5 Steps to Becoming a Business Analyst

Laura Brandenburg, owner of the website www.bridging-the-gap.com, is known for offering highly valuable information on becoming a business analyst. I asked her to provide this article on five steps to becoming a BA, which she describes as a journey in getting to know yourself and what your interests are. At the end, I add some of the big potential rewards that can come from your working in the field. Note that these steps apply to any experience level and at any stage in your career.

Here’s Laura:

Step 1: Learn about Business Analysis and Confirm Your Career Choice

PresentationAs it would be with any profession, building knowledge of business analysis is an important part of determining your career path. There are several ways to accumulate enough knowledge to be successful. You can read the Business Analysis Body of Knowledge, though I recommend that those new to the profession choose a more accessible text. The BABOK is amazing, but it’s not written to be accessible by aspiring business analysts. It’s written as a reference guide for working BAs. Ellen Gottesdiener’s The Software Requirements Memory Jogger or my book, How to Start a BA Career, are good alternatives.

Becoming knowledgeable about the role of business analysts is only the first step. The biggest mistake I see many aspiring BAs make is spending way too much time on this step while neglecting the realities of the next four. Alternatively, I see a lot of professionals get over-invested in business analysis only to discover the career isn’t a good fit for them. That’s why I recommend learning just enough to determine if business analysis is the right choice for you.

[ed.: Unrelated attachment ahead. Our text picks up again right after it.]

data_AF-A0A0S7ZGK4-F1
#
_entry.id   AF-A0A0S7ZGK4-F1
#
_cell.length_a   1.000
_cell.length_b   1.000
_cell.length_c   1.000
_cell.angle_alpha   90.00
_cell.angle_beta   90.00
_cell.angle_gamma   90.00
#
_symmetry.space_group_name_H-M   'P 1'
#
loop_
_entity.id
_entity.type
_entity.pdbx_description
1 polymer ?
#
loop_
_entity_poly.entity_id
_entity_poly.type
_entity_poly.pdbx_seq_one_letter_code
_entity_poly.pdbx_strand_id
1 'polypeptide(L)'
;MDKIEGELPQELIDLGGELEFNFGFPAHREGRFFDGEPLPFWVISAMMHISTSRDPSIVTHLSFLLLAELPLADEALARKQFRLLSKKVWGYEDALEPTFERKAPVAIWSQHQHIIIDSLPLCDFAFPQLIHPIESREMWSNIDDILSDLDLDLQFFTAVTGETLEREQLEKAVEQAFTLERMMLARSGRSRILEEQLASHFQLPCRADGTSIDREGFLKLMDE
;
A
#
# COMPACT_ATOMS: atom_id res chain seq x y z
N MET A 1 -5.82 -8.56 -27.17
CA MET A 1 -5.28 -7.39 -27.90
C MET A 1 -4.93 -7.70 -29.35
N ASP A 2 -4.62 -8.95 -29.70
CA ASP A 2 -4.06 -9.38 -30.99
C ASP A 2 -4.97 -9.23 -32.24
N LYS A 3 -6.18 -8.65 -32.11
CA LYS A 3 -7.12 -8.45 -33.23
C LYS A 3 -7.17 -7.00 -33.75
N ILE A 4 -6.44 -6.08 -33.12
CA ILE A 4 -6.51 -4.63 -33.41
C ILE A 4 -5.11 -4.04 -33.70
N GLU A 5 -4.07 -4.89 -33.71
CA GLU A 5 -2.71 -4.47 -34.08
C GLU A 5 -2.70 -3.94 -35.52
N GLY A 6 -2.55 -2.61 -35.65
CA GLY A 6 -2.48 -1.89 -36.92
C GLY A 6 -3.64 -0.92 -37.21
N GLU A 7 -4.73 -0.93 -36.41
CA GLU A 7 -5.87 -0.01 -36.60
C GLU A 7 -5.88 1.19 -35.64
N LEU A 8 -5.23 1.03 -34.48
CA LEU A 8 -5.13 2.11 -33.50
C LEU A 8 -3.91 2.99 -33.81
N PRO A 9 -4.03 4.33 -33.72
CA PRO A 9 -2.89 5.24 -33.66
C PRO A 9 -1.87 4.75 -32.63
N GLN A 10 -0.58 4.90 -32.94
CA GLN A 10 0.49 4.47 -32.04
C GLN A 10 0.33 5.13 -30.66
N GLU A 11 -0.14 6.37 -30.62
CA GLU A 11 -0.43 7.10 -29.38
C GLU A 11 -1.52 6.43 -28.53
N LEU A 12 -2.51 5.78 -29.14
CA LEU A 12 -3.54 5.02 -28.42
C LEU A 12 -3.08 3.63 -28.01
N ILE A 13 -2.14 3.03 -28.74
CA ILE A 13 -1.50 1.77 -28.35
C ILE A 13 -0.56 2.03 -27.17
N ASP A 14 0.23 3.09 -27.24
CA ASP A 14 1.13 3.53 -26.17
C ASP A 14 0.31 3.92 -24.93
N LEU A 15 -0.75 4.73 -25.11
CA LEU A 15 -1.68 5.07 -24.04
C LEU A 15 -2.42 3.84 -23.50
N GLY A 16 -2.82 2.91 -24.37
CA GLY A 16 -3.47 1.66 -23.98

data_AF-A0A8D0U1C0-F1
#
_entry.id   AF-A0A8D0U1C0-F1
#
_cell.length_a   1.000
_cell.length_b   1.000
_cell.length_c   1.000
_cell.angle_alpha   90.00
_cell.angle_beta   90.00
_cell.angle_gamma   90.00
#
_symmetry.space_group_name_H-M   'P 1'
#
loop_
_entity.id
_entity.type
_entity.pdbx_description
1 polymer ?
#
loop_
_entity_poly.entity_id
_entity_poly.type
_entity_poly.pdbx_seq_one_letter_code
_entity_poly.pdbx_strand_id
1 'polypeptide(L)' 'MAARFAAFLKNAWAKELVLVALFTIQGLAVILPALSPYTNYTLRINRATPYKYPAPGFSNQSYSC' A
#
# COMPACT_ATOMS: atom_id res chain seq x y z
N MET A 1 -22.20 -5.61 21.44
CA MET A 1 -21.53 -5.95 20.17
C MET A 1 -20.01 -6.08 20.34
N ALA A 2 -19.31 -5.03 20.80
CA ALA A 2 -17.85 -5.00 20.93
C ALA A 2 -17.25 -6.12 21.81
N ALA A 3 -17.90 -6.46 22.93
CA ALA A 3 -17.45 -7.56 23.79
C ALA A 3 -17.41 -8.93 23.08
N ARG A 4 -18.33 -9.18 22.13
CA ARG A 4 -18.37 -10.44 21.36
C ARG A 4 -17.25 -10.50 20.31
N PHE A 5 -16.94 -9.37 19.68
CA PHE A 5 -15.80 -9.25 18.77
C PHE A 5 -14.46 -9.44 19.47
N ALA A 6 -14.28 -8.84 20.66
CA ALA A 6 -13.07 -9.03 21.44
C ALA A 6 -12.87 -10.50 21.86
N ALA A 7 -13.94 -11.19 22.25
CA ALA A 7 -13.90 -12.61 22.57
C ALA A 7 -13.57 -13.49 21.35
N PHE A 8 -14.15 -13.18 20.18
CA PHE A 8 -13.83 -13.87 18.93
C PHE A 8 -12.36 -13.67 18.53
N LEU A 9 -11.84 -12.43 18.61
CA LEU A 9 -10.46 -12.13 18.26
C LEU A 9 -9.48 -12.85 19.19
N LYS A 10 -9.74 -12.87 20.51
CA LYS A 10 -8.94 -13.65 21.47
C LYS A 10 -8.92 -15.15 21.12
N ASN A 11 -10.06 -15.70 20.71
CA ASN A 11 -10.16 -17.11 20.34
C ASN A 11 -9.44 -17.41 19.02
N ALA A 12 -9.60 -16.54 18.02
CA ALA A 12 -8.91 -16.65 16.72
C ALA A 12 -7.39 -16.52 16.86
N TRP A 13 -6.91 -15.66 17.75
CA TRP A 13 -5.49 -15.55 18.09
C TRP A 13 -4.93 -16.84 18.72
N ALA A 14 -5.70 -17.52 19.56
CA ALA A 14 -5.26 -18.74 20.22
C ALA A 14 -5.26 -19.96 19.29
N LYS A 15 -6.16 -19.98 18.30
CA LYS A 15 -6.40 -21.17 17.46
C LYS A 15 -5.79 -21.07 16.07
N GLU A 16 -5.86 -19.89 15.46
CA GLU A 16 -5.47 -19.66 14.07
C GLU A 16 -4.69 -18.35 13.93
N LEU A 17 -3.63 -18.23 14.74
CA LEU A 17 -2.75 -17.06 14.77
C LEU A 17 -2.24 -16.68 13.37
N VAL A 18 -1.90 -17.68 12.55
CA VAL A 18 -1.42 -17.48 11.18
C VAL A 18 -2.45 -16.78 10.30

Step 2: Identify Your Transferable Skills and Leverage Points to Develop Your Positioning

As a mid-career professional, you most likely qualify for a subset of BA jobs already. (Don’t be frustrated by only qualifying for a subset – even the most experienced BAs do not qualify for all BA jobs.) Many professionals I work with are able to skip right past entry-level BA positions by identifying their transferable skills and unique qualifications from their career backgrounds. You may also be able to open up opportunities within a slice of business analysis or in a transitional role.

Transferable skills come from experiences using business analysis techniques in a non-BA role. Business Analyst Michelle Swoboda shares a process for translating your skills into the field: Whether or not you have a deep career history in business analysis, it’s likely that one or more elements of your career history give you expertise to leverage into business analysis. Whether it’s your knock-your-socks off communication skills or your deep experience in a relevant industry domain, you have a quality that potential managers are specifically hiring for.

Step 3: Get Tangible Feedback by Putting Out Feelers

Once you’ve built up your confidence in your choice and your skills, it’s time to get some real, tangible feedback. This could mean sharing your career goals with your manager and asking for more opportunities to practice BA techniques. Or, it could mean circulating your resume to a few recruiters or applying for a few business analyst jobs.